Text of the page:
Data for: Do job fairs matter? Experimental evidence on the impact of job-fair attendance

Published: 9 Dec 2016 | Version 1 | DOI: 10.17632/ks7ntymvhc.1
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Description of this data

Abstract of associated article: I estimate the causal impact of attending a job fair on employment outcomes and labor market perceptions, using a randomized encouragement design to induce individuals in the rural Philippines to attend a nearby job fair for domestic and overseas work. Attending a job fair matters: though it does not facilitate direct matches with a job-fair employer, attendance leads to a large increase in reported formal sector employment and in the likelihood of looking for any work outside the region in the months following the job fair. Several overseas recruitment agencies participated in the job fair, and attendance affects individuals' overseas labor market perceptions but does not encourage them to take steps to migrate. These results suggest that job fairs can be important tools for encouraging individuals to move to the formal sector and for conveying information about labor market prospects.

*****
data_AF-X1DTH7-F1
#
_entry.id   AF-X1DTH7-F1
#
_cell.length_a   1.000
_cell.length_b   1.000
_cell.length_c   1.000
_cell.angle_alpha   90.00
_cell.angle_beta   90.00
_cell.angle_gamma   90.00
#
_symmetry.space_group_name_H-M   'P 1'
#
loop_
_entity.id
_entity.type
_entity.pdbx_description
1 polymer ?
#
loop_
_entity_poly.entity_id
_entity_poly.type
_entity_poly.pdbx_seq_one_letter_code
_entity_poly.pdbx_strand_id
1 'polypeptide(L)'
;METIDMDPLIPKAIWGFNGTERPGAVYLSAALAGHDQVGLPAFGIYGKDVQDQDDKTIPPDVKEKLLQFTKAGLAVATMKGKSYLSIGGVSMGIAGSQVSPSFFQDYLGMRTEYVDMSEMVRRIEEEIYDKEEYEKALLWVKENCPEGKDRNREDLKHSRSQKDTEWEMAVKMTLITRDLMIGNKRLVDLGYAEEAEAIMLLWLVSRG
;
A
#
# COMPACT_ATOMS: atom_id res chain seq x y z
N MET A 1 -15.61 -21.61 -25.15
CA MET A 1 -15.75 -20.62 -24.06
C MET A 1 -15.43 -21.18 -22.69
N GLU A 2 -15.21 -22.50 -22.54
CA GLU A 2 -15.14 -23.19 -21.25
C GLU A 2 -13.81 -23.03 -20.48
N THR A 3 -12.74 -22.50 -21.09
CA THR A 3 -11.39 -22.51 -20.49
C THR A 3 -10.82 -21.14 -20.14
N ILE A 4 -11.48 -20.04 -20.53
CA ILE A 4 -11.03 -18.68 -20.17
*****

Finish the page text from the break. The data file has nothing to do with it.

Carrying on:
Experiment data files

This data is associated with the following publication:

Do job fairs matter? Experimental evidence on the impact of job-fair attendance

Published in: Journal of Development Economics

Latest version

  • Version 1

    2016-12-09

    Published: 2016-12-09

    DOI: 10.17632/ks7ntymvhc.1

    Cite this dataset

    Beam, Emily (2016), “Data for: Do job fairs matter? Experimental evidence on the impact of job-fair attendance ”, Mendeley Data, v1 http://dx.doi.org/10.17632/ks7ntymvhc.1

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Categories

Economics, Macroeconomics

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